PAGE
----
Scan-tastic: Pediatric imaging at Children’s of Mississippi makes CTs and MRIs child-friendly
Published on Friday, June 11, 2021
By: Annie Oeth, firstname.lastname@example.org
Note: This article originally appeared in the Spring 2021 issue of Under the Rainbow, the semi-annual magazine for Children's of Mississippi.
Ellison Snuggs traveled through a giant sandcastle, then took her baby doll on a similar scan-tastic journey.
The 6-year-old kindergartner had back pain. When her pediatrician suspected a kidney stone, Ellison was referred to Children’s of Mississippi for a CT scan inside the new pediatric imaging center in the children’s hospital’s new Kathy and Joe Sanderson Tower.
“We didn’t expect a sandcastle,” said her mom, Kasey Snuggs of Kosciusko, who was watching the CT from a control room space nearby. “This has been great for her!”
The Donna and Jim Barksdale Imaging Center team hears that a lot. The new center, with its MRI scanners that look like a lighthouse and a pirate ship and ultrasound rooms with ceilings that change from blue to pink to green, wows children and parents who visit for the first time.
A first for families
Opened Nov. 2, the first day of patient care for the Sanderson Tower, the center is a first for Mississippi families. Prior to the center’s opening, children received CT and MRI scans where adults did, at the basement level of University Hospital at UMMC.
“Having an imaging clinic that is designed for children makes it less likely that a child will need sedation during an MRI or CT scan,” said Ashley Jones Burns, imaging director for the University of Mississippi Medical Center. “The pediatric imaging center is in the children’s hospital, which is more convenient for both inpatients and the clinics. We want imaging to be an easy, pleasant experience for children and their parents.”
The three-dimensional wraps that make these scanners more child-friendly were the results of gifts from Children’s of Mississippi supporters. Heritage Properties’ donations, gifts made through the annual Mississippi Miracles Radiothon, and a donation from Dr. Edward and Mrs. Emily Green in honor of their son, Edward “Douglas” Green and the UMMC staff paid for the wraps, priced at about $25,000 each.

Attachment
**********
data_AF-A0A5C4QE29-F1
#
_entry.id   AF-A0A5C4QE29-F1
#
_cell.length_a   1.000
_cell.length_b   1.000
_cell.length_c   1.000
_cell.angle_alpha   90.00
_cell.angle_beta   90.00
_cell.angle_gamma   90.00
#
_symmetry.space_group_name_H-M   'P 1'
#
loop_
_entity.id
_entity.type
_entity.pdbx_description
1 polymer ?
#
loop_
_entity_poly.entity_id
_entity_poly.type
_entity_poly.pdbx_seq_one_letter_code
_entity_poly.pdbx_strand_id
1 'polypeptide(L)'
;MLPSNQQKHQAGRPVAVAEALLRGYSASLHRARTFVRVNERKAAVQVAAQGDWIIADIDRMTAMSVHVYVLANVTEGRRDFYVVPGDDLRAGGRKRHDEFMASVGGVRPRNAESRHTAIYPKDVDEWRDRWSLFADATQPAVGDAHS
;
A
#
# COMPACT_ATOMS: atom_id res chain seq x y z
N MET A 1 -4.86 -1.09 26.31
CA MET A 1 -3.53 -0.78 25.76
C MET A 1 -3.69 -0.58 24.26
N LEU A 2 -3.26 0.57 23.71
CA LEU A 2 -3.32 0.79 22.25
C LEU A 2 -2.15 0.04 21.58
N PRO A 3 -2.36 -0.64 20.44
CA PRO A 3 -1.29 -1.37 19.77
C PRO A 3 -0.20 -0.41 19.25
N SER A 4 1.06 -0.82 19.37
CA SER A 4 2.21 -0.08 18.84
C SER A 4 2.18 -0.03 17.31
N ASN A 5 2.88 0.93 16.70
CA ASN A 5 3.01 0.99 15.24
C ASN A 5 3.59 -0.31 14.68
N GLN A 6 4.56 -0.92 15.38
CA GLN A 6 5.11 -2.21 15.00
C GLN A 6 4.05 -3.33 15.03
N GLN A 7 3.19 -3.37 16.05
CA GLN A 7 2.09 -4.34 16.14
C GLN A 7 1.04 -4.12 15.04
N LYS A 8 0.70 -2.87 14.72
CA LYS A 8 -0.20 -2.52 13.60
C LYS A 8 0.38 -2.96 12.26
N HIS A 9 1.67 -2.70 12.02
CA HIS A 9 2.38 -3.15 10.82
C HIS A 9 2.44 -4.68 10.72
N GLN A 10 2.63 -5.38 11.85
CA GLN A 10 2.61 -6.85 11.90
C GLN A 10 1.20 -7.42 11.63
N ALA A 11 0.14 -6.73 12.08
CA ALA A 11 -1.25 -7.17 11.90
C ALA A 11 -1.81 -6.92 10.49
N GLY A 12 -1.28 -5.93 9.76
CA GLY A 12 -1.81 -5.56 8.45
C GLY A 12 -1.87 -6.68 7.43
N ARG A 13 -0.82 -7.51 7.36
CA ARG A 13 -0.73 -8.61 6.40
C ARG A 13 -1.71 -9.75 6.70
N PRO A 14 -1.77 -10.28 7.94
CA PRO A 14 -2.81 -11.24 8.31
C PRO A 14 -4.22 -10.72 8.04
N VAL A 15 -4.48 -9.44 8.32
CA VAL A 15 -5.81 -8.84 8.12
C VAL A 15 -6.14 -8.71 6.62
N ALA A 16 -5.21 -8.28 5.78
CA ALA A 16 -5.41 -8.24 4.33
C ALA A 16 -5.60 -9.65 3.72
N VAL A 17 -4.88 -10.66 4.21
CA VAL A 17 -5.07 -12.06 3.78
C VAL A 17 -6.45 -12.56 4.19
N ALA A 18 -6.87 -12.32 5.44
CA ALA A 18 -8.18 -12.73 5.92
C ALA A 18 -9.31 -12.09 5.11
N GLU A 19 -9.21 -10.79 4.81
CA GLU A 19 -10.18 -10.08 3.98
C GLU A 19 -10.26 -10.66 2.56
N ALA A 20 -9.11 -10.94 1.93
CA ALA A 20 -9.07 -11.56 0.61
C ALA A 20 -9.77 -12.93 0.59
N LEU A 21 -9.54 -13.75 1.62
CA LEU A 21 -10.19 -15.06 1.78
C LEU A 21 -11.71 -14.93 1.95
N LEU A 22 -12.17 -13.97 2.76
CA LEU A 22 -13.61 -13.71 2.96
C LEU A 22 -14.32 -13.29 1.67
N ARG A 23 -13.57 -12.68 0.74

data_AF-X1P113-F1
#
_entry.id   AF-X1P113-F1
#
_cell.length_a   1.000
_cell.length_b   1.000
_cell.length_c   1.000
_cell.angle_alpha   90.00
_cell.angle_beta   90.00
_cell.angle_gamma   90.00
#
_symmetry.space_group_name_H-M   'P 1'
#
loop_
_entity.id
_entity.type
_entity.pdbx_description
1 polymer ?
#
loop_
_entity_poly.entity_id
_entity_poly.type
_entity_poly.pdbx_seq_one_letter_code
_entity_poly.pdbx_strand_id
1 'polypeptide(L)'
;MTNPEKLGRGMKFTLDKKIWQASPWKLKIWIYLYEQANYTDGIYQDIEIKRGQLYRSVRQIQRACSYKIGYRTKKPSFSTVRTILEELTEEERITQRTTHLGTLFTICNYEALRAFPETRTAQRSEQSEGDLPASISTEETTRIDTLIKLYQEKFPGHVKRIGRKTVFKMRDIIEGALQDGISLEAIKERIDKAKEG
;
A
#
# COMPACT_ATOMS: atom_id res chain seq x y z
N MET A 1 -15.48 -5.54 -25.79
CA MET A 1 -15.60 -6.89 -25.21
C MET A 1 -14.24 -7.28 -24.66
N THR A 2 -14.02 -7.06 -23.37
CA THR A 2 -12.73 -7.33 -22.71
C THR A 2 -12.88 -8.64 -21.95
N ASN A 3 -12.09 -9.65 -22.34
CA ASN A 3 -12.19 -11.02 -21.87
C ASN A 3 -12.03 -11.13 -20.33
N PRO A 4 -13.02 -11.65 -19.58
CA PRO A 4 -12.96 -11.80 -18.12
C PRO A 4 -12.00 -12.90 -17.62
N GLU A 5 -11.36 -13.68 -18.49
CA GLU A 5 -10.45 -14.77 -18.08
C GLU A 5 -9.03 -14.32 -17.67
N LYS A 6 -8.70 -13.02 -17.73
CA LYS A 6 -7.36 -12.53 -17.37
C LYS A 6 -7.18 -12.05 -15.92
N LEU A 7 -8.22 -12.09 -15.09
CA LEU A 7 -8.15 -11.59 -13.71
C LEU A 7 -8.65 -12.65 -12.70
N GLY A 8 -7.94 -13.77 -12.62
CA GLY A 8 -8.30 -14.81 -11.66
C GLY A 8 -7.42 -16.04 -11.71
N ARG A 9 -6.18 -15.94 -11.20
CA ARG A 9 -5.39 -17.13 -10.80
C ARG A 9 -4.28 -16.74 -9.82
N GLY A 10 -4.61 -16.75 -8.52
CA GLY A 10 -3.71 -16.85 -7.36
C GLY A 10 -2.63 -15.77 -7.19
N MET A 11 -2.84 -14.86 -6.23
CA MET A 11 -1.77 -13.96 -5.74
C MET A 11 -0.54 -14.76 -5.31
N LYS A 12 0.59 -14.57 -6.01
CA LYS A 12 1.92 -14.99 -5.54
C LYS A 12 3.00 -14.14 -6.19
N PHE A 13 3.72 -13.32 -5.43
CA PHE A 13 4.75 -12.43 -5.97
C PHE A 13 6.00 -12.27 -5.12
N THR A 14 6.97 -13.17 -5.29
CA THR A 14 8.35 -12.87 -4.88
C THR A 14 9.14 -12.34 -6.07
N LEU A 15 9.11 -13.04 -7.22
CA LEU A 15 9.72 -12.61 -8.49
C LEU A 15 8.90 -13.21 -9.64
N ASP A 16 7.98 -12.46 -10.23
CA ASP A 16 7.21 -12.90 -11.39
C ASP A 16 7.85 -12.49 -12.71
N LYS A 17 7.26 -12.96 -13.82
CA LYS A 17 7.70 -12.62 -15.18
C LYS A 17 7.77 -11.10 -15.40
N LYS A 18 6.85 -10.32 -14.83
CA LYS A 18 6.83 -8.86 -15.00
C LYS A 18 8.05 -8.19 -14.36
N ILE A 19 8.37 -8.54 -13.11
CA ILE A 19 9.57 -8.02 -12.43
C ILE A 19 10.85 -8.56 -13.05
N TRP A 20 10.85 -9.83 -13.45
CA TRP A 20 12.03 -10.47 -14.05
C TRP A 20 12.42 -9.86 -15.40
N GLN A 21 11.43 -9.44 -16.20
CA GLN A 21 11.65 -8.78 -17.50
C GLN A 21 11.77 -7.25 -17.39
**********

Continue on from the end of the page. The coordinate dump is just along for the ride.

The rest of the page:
Sedation is sometimes needed in imaging if a child has anxiety over the noise or enclosed spaces involved in an MRI or cannot be still long enough for the scan to be completed.
Less need for sedation
To make the need for sedation less frequent, the pediatric imaging center has scanners that are wrapped in keeping with a fun beach theme that’s a salute to the Mississippi Gulf Coast.
The center has child life specialist Madeline Wilson. Armed with a pink tote bag full of stickers, storybooks and lip balm, Wilson works with children to make imaging an anxiety-free experience.
“We work with patients to see if they want to try to get their imaging without sedation, and we explain to them what’s going to happen, so they have less anxiety,” she said.
Ironman, Barbie and a wooden MRI model help children understand. The doll-sized MRI machine slides just like its real counterpart.
If a child will need sedation, Wilson lets them prepare for it by placing stickers on their anesthesia masks and scenting them with fruity lip balm.
"This imaging center is designed for children, so they’re already less anxious about procedures there because the machines look fun,” she said. “If children do need sedation, we work to make that experience anxiety-free, too.”
Resource for state’s doctors
Since the opening of the pediatric imaging center, thousands of scans have been performed, and the center is proving to be a resource to medical providers in the Jackson metro area and beyond.
“Sending a family for imaging is usually a stressful time,” said Dr. Adam Adcock, a pediatrician with The Children’s Clinic in Flowood. “The majority of the time, the child is acutely sick or has an injury, and time is of the essence.”
Having an imaging center just for children means that more scanners are available for pediatric patients since they aren’t also needed for adult patients, Adcock said. “We are able to expedite the process.”
Knowing that Children’s of Mississippi has an imaging center that is designed around the needs of children is reassuring for parents and for pediatricians, Adcock said.
“What an encouraging thing it is to be able to tell the family when we send them to do their imaging at the Sanderson Tower at Children’s of Mississippi that it will be done at an imaging center dedicated to kids. The staff and the environment cater to kids and their families.”